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No solution to Calais' migrant problem one year after "jungle" demolition

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By Robert Hackwill
No solution to Calais' migrant problem one year after "jungle" demolition

One year ago the so-called “Jungle” refugee camp in Calais, northern France was demolished but the area is still a magnet for migrants trying to reach the U.K. An official shelter in nearby Dunkirk burned down earlier this year, so tents and makeshift shelters in wooded areas have to do.

“For most unfortunately the situation now is worse than the Jungle. The problem is that although the Jungle was pretty awful we did have things like running water, we had some very basic sanitation and of course we did have tents and shelters. Now the refugees are sleeping rough,” said volunteer with “Care4Calais” Clare Mosley.

The migrants are totally reliant on unofficial volunteers for help. despite a court order for French authorities to provide better care.

“We live a very difficult life here. We ask you to help us and maybe open a camp for us to live in. Now it is winter, we can’t bear the cold weather. These four children cannot live in these bad conditions,” said Harmin Ibrahim, an Iraqi Kurd.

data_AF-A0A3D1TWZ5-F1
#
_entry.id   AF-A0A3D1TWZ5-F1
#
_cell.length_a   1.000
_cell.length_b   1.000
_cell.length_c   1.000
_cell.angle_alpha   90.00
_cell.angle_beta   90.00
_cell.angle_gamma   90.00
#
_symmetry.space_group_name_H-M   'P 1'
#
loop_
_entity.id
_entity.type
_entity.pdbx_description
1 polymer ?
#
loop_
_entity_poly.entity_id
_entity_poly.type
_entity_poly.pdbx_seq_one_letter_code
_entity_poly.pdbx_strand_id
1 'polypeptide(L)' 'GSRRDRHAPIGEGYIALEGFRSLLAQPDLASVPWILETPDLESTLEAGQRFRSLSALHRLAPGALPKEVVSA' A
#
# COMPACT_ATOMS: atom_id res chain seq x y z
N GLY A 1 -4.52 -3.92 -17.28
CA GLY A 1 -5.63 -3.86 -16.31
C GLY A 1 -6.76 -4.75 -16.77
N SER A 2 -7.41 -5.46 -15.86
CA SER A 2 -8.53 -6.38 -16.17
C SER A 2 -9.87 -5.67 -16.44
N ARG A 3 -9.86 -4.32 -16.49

*Calais’ mainstream Conservative mayor “We are faced with a situation that shows that migrants are being marshalled to Calais by people traffickers and associations”. Natacha Bouchart, under pressure from the Front National and local pressure groups, is taking a hard line*

As long as English-speaking migrants arrive in Europe seeking a better life in Britain this situation looks likely to continue. Until the British and French governments can find a common policy that works in the long term, and not apply temporary solutions for short-term political gain, the migrant’s plight will continue.

Members of the European Parliament have been taking photos of themselves in the shower to campaign for better conditions in Calais